Entries in #mountains (3)


How Did Tenerife Come To  Be?

Tenerife is an amazing place to be. Everywhere, technically, is unique. Tenerife, however, actually feels unique.

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Climbing Red  Mountain

We recently went on an exbedition to climb Montana Roja, the Red Mountain. Amazing views, solid exercise and great weather all included but Red Mountain is not a hill and not quite a mountain.

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Tenerife Weather

The Island of Tenerife is known as The Island of Eternal Spring.

First, let’s define “spring” though, because when I think of spring I think of quite a few days of rain, with the odd dry day in between. Lately, winter has been going well into February and sometimes March, so spring can also mean cold and or snow. Towards the end of spring, that’s when the sun comes out and temperatures go up. There is still the odd day of rain though.

That’s Tenerife. The second half. Minus the rain. The weather is very predictable, 18 to 24 degrees in “winter”, 24 to 28 in “summer” and maybe a rainy day a month in those cold winter days. Especially in the south of the island, the weather is mild; the north gets colder temperature, more wind, and more rain.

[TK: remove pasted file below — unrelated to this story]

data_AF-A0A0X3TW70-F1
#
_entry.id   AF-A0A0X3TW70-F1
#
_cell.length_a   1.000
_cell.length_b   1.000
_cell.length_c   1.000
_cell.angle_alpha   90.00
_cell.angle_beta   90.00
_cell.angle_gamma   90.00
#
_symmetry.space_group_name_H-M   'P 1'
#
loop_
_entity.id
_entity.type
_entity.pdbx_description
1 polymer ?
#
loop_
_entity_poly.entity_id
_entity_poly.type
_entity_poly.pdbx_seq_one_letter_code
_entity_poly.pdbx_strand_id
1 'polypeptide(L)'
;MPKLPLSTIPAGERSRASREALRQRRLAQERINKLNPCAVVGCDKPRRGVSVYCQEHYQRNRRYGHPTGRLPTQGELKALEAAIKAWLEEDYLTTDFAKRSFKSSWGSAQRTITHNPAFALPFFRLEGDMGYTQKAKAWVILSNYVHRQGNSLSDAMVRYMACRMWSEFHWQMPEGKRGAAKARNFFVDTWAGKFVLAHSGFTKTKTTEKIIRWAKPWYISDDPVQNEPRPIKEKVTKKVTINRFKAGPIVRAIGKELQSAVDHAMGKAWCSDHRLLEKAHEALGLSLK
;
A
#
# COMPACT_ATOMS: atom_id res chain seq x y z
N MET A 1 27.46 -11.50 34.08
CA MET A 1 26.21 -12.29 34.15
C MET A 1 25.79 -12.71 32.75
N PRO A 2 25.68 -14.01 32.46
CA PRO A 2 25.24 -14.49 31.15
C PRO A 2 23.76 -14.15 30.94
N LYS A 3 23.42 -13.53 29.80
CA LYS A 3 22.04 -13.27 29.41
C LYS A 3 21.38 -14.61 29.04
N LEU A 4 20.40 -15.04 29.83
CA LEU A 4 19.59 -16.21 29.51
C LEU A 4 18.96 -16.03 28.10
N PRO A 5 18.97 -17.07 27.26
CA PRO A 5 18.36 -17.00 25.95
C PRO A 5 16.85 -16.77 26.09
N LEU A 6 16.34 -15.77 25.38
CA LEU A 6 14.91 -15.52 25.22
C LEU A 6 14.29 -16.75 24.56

So here we go, that’s how simple it is. And then came last week! You may have noticed an increase of weather-related posts on social media – well, that’s because suddenly we had three seasons in a week!

It has been rather windy lately, we even skipped a boat trip when we saw the choppiness of the sea from our house. We thought we would be better off doing some Photo ID than trying to spot cetaceans in between the strong waves.

Suddenly, as we were getting ready to go on the boat (in the afternoon this time), it started to rain! Yes, one of our two rainy days of the year came last week! So we decided to stay in, there is always the next day to see the whales. And so we waited for the rain to pass. It took 15 minutes. That’s Southern Tenerife for you.

Not that it ended there. The next day – sunny and warm again and rain left far behind – we did leave to go on the whale watching boats and as we were on the bus, we saw the mountain peaks covered in snow. Because Teide is at 3.718m altitude, it gets much colder temperatures than the coastal towns and for the past three days we have been enjoying the view of white mountaintops and blue skies while sitting in warm twenty to twenty-two degrees in the sun on the balcony or by the beach. Who knew we would have notices on hiking trails saying “closed due to heavy snowfall” in Tenerife?!?

By Claire Herbaux - Field Communications Officer

Are you interested in going on a trip to Tenerife to work on the Whale and Dolphin Conservation project? You can also take a look at our other marine conservation projects here.